Experts: It's Unlikely Kim Jong Un Fed Uncle to a Pack of 120 Dogs

A Chinese tabloid paper reported a gruesome death for Kim Jong Un's uncle and 5 aides.

South Korean people watch breaking news about the alleged dismissal of Jang Sung Thaek, North Korean leader Kim Jong Un's uncle being shown at Seoul Station.
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"The Hunger Games" took on whole new meaning in North Korea Thursday, when a report surfaced in U.S. media claiming North Korean leader Kim Jong Un fed his uncle to a pack of hungry dogs. But it's likely just as fictional as the book and movie series, said many experts who questioned the story's veritability.

A Chinese government-supported newspaper known as Wen Wei Po reported unverified, gory details of Kim Jong Un's extermination of his uncle, Jan Song Thaek, last month. According to the Chinese tabloid, Kim Jong Un satisfied a starving pack of 120 dogs with his uncle and his uncle's five aides, NBC News reports.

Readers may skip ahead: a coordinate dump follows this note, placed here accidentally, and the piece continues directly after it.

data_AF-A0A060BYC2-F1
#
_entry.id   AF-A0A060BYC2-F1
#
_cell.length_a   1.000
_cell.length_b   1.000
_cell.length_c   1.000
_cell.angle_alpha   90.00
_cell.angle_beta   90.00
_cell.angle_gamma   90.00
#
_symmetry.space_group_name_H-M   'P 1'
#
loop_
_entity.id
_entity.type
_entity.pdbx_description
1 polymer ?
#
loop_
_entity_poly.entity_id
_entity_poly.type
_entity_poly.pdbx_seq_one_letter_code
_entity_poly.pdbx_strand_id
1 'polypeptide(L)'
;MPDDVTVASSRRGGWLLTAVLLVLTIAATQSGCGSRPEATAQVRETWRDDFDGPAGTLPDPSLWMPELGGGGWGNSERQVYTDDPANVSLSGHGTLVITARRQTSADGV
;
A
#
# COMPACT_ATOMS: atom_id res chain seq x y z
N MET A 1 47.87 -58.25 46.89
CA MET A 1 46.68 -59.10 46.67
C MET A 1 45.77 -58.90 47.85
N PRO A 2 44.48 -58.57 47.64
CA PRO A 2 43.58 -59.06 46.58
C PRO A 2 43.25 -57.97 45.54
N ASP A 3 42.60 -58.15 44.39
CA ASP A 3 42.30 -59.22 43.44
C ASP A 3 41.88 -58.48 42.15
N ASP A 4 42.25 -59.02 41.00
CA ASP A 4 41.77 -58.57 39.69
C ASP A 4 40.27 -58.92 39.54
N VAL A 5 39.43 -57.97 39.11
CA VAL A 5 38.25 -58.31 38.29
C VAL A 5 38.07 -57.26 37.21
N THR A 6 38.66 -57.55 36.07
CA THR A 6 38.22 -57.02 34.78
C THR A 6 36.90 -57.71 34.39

[READ: Kim Jong Un’s Uncle Removed From Powerful Position]

Jang and his allies were "completely eaten up" in the "quan jue," or execution by dogs, the report added.

The report even claims Un and 300 North Korean officials observed the spectacle as his naked uncle was fed to hunting hounds, which had been starved for five days.

Though many western media outlets have begun covering the report, the information has not actually been confirmed. In fact, the Washington Post gives five reasons of why the sensational story is just that: a sensational story. It deemed the report "probably not true," citing the fact that the newspaper that originally published the report with no sources and is ranked 19th out of 21 for credible newspapers in Hong Kong.

[ALSO: Dennis Rodman Returns to North Korea]

"On occasion, single source rumors do turn out to be true, though more often than not they don't," Chad O'Carroll, editor of the news site NKNews.org said to The Washington Post.

O'Carroll explained the hype and willingness to believe the unbelievable when it comes to North Korean news is encouraged by the fact that the country is so secretive and reports are almost impossible to confirm.

"North Korea stories tend to get a lot of hits, so it's easy to see why editors will want to pursue these stories," O'Carroll said.

Jang was executed in December for allegations of corruption, womanizing, gambling and taking drugs. Northth Korea released a statement calling the Jang, who had been the second in command, a "traitor to the nation for all ages," "worse than a dog" and "despicable human scum," The Associated Press reported.

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